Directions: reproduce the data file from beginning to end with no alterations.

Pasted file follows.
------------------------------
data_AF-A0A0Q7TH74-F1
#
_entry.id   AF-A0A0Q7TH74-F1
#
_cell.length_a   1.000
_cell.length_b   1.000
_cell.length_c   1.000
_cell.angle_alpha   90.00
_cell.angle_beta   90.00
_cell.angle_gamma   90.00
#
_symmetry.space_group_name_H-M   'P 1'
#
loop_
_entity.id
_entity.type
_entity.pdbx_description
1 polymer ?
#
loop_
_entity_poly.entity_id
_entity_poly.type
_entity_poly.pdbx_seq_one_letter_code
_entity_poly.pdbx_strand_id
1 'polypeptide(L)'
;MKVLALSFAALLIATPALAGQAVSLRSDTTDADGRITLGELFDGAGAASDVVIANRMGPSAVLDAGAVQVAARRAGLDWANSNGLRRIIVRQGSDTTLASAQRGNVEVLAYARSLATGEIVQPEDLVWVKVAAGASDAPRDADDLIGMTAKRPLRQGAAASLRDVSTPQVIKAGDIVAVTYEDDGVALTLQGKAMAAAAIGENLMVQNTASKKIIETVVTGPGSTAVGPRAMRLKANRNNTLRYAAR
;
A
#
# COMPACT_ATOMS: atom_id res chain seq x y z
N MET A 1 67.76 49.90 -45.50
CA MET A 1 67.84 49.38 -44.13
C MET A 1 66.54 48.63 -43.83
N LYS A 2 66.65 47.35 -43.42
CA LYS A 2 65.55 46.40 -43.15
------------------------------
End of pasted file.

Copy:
data_AF-A0A0Q7TH74-F1
#
_entry.id   AF-A0A0Q7TH74-F1
#
_cell.length_a   1.000
_cell.length_b   1.000
_cell.length_c   1.000
_cell.angle_alpha   90.00
_cell.angle_beta   90.00
_cell.angle_gamma   90.00
#
_symmetry.space_group_name_H-M   'P 1'
#
loop_
_entity.id
_entity.type
_entity.pdbx_description
1 polymer ?
#
loop_
_entity_poly.entity_id
_entity_poly.type
_entity_poly.pdbx_seq_one_letter_code
_entity_poly.pdbx_strand_id
1 'polypeptide(L)'
;MKVLALSFAALLIATPALAGQAVSLRSDTTDADGRITLGELFDGAGAASDVVIANRMGPSAVLDAGAVQVAARRAGLDWANSNGLRRIIVRQGSDTTLASAQRGNVEVLAYARSLATGEIVQPEDLVWVKVAAGASDAPRDADDLIGMTAKRPLRQGAAASLRDVSTPQVIKAGDIVAVTYEDDGVALTLQGKAMAAAAIGENLMVQNTASKKIIETVVTGPGSTAVGPRAMRLKANRNNTLRYAAR
;
A
#
# COMPACT_ATOMS: atom_id res chain seq x y z
N MET A 1 67.76 49.90 -45.50
CA MET A 1 67.84 49.38 -44.13
C MET A 1 66.54 48.63 -43.83
N LYS A 2 66.65 47.35 -43.42
CA LYS A 2 65.55 46.40 -43.15